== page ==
The beginning of the good news of Jesus Christ, the Son of God. As it is written in the prophet Isaiah, ‘See, I am sending my messenger ahead of you, who will prepare your way; the voice of one crying out in the wilderness: “Prepare the way of the Lord, make his paths straight”, John the baptizer appeared in the wilderness, proclaiming a baptism of repentance for the forgiveness of sins. And people from the whole Judean countryside and all the people of Jerusalem were going out to him, and were baptized by him in the river Jordan, confessing their sins. Now John was clothed with camel’s hair, with a leather belt around his waist, and he ate locusts and wild honey. He proclaimed, ‘The one who is more powerful than I is coming after me; I am not worthy to stoop down and untie the thong of his sandals. I have baptized you with water; but he will baptize you with the Holy Spirit.’ -- Mark 1:1-8.
Where have we heard the following story before?
An angel of the Lord appears to an old man and declares, “O Zakariya! We give thee good news of a son: His name shall be John: on none by that name have we conferred distinction before.”
The old man replies, “O my Lord! How shall I have a son, when my wife is barren and I have grown decrepit from old age?”
The angel replies, “So thy Lord saith: ‘That is easy for Me: I did indeed create thee before, when thou hadst been nothing!”
The old man insists, “O my Lord! Give me a Sign.”
“Thy sign,” the angel answers, “Shall be that thou shalt speak to no man for three nights.”
The scenario rings a bell, but from which of the four canonical Gospels is it? Or perhaps it is from the historian Flavius Josephus who wrote Jewish Antiquities in the first century of the common era. Or could this be the dialogue of one of thousands of Christmas plays and gospel movies that have been produced since the invention of film?
Actually, the passage is from the Qur’an – sura 19 (Maryam), verse 7. The only thing I held back, to make it harder to guess, is the name John. The baptizer – the precursor – the forerunner – is named Yahya in the Qur’an, but he is the same figure who came to proclaim the coming of Jesus.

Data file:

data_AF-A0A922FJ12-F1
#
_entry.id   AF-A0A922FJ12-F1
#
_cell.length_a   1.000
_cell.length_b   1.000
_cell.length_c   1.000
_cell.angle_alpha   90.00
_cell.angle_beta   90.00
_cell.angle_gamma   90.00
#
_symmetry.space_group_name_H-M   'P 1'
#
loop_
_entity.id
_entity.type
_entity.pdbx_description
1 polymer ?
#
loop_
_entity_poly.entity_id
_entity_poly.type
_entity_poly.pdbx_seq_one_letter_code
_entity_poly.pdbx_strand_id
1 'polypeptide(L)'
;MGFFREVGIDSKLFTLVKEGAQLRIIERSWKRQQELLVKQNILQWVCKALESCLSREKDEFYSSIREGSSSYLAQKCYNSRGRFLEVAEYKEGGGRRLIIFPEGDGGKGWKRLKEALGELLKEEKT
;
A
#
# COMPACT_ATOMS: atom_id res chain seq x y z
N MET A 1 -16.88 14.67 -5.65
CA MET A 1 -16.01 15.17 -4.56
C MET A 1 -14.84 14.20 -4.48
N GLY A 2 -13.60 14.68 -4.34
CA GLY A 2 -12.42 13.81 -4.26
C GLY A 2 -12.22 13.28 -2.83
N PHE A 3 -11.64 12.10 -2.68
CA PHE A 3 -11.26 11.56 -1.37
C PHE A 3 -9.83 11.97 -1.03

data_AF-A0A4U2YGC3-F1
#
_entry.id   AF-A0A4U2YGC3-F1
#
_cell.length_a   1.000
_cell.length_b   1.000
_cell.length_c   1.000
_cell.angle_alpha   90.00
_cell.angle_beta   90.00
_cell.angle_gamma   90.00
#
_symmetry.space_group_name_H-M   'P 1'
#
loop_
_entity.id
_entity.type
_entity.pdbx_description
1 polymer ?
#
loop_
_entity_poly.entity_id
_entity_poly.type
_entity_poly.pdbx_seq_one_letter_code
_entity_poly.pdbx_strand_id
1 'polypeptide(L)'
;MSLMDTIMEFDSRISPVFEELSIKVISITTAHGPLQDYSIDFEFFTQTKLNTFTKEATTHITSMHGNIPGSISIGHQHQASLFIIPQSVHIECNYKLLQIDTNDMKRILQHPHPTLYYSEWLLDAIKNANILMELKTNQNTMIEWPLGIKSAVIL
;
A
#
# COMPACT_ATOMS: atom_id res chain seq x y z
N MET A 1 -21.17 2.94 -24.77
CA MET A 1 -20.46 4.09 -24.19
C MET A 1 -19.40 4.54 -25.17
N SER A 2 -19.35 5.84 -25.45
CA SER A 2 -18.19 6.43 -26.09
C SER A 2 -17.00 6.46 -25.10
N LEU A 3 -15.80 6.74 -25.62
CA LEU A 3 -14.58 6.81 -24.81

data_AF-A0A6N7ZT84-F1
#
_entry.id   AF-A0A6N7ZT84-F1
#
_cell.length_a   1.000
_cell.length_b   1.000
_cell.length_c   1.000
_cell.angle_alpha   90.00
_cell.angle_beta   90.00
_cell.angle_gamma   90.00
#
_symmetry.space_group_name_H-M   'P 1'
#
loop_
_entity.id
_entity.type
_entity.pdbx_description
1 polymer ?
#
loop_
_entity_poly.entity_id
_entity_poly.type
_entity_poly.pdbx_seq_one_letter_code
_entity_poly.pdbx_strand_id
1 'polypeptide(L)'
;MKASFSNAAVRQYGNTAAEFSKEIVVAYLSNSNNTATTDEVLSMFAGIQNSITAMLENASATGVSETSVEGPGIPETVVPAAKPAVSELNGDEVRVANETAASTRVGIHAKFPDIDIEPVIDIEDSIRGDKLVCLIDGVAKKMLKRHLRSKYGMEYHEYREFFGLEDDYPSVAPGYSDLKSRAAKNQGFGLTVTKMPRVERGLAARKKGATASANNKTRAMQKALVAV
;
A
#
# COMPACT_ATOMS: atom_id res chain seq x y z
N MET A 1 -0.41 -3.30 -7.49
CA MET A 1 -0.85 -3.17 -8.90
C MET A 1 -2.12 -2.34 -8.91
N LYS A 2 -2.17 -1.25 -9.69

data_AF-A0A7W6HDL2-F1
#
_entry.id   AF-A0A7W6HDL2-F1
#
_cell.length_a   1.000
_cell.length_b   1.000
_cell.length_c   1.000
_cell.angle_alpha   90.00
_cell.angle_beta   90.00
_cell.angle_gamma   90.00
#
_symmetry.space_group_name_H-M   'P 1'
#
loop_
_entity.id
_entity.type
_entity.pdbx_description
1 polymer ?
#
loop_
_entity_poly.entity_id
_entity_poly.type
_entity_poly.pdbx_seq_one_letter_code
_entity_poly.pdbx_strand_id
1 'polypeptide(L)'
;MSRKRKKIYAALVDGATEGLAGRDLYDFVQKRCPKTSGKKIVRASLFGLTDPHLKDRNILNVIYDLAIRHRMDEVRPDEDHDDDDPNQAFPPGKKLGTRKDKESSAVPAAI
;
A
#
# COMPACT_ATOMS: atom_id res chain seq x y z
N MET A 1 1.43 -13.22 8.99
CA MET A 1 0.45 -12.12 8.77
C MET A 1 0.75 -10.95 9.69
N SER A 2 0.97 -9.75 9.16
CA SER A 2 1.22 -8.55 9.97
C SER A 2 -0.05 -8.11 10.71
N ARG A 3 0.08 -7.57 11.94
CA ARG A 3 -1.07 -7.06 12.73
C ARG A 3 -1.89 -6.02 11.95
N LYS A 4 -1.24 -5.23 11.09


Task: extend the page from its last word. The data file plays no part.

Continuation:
It’s surprising how John’s influence has so profoundly affected Muslims and Jews as well as Christians. More than any other figure of the gospels except Jesus himself, John the Baptist has permeated our culture. He is the subject of plays, movies, books and operas. Actors such as Charleton Heston and Michael York chewed up the scenery with their portrayals of John as an eccentric, wild-eyed and bellowing fanatic calling hoarsely on sinners to repent.
As the centuries passed, even the artists who portrayed John became legends on their own. Karl Perron, the German bass-baritone who sang the role of John in Richard Strauss’ Opera Salomé, was a life-long hypochondriac who believed harmful germs would enter his body through his ears. During rehearsals of Salomé, Perron would stuff balls of cotton in his ears and quickly retreat to his dressing room between acts. He would turn his head away from cast and crew members as if they were disease-carrying pariahs. This was an annoying habit to some of his colleagues, and it led to a disastrous denouement on opening night. In a climatic scene after Salomé’s dance, when the platter bearing the plaster head of John the Baptist was carried on stage, the head had cotton balls stuffed in its ears. The stunned singers and musicians dissolved into laughter, and it was several moments before the opera could proceed.
Art has not always provided a useful rendering of the story of John the Baptists. The 1953 movie Salomé, starring Rita Hayworth in the title role and Alan Badel as John, is best known for Hayworth’s dance of the seven veils (which, in the interest of research integrity, I watched several times in succession last week). Hayworth’s dance is breathtaking, as is evidenced by the possibly feigned but convincing heavy breathing of Charles Laughton in the role of Herod.
The scene may have created a fitting emotional illusion of what it was like in Herod’s palace when Salomé began dripping veils, but it is otherwise inaccurate. Director William Dieterle’s film version would have us believe Salomé is a Christian who thinks she’s dancing to save John’s life. That’s not only un-biblical, it takes all the fun out of it.